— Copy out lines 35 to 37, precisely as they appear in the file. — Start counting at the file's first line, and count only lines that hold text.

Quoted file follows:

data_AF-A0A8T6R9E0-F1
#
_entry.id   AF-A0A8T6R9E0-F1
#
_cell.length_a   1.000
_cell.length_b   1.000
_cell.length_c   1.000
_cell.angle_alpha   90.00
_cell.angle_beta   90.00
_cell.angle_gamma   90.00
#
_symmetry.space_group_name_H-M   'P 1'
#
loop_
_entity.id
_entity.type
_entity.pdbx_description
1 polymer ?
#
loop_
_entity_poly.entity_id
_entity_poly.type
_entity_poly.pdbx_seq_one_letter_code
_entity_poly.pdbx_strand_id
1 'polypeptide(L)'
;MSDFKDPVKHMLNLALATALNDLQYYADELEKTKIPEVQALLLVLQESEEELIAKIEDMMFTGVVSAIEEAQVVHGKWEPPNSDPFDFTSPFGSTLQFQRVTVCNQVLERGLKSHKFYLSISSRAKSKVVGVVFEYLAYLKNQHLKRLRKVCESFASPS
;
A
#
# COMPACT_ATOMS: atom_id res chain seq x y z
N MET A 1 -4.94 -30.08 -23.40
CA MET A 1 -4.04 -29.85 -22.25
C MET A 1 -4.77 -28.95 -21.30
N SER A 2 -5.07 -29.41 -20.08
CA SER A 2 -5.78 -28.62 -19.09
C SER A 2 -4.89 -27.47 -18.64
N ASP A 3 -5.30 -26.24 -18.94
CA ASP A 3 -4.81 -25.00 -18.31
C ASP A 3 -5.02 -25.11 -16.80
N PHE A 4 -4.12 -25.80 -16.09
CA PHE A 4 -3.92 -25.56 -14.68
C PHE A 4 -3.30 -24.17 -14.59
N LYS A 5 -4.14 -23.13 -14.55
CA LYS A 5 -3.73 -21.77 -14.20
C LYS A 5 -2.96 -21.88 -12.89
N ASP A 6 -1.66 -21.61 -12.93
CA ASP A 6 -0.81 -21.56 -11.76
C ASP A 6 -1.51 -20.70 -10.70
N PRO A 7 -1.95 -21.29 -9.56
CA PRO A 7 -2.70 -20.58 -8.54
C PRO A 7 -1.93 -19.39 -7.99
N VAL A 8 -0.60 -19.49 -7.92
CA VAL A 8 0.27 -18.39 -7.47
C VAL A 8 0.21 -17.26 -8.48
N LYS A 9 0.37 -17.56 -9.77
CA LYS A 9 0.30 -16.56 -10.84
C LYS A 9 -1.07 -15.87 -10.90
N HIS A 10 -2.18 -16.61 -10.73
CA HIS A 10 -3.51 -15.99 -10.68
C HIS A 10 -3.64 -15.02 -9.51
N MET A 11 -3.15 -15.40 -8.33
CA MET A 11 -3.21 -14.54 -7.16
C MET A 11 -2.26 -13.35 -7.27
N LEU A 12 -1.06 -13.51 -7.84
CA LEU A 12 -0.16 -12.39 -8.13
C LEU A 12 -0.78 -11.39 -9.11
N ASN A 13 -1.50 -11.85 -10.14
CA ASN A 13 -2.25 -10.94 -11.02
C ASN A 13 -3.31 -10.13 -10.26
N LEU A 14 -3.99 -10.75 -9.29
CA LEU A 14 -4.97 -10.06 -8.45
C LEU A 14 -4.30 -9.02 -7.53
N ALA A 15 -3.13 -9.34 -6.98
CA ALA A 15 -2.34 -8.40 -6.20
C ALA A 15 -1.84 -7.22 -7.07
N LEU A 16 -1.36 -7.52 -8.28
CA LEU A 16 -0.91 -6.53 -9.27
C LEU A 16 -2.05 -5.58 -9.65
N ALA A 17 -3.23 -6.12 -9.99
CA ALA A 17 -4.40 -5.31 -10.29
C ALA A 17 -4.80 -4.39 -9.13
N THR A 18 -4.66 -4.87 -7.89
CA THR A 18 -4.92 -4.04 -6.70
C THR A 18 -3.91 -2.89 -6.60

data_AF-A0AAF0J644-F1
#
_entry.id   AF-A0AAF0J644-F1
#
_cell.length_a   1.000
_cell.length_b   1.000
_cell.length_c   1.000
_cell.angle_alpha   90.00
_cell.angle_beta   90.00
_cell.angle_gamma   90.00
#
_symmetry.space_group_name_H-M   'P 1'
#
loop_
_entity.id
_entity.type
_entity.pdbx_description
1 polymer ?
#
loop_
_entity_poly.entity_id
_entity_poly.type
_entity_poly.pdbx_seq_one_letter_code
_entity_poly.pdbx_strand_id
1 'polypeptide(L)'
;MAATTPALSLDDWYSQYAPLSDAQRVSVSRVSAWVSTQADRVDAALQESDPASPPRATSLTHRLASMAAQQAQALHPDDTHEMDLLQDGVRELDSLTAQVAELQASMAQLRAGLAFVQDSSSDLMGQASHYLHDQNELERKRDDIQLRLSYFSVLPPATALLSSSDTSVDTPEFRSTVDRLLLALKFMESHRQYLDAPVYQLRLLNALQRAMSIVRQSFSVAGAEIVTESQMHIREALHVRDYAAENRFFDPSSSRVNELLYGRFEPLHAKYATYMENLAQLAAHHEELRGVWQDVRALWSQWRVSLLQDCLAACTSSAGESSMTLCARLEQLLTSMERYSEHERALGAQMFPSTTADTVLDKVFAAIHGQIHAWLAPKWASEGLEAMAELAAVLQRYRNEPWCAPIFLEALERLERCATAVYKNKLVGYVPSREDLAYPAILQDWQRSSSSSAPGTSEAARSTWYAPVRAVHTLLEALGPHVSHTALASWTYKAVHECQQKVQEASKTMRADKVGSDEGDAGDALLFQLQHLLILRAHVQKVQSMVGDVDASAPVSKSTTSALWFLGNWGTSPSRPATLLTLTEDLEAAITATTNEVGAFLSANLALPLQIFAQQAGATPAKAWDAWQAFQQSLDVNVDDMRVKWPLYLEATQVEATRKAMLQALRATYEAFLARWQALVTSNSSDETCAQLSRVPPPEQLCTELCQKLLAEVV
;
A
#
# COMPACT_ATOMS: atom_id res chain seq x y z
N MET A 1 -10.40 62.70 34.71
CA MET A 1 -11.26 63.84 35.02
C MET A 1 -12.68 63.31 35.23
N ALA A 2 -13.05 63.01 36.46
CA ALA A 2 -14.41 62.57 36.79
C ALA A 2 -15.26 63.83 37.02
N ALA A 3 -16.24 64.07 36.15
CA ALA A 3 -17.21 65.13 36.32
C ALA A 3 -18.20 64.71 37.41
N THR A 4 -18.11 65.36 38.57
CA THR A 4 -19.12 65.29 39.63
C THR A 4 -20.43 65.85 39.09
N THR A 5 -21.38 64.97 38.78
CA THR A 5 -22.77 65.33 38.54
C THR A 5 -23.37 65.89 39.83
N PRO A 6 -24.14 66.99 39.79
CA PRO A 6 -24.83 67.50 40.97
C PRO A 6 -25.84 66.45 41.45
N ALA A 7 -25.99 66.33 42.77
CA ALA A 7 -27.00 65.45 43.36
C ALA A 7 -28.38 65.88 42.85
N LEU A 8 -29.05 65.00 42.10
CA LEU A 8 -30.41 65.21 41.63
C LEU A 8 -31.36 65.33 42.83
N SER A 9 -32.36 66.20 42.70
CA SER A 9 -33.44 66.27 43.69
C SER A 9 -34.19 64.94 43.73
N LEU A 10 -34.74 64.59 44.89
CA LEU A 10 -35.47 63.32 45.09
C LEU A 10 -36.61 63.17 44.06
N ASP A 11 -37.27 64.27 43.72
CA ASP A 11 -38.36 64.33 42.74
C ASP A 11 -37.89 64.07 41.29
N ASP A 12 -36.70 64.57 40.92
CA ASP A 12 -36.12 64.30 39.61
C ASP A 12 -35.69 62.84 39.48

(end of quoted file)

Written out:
CA SER A 2 -5.78 -28.62 -19.09
C SER A 2 -4.89 -27.47 -18.64
N ASP A 3 -5.30 -26.24 -18.94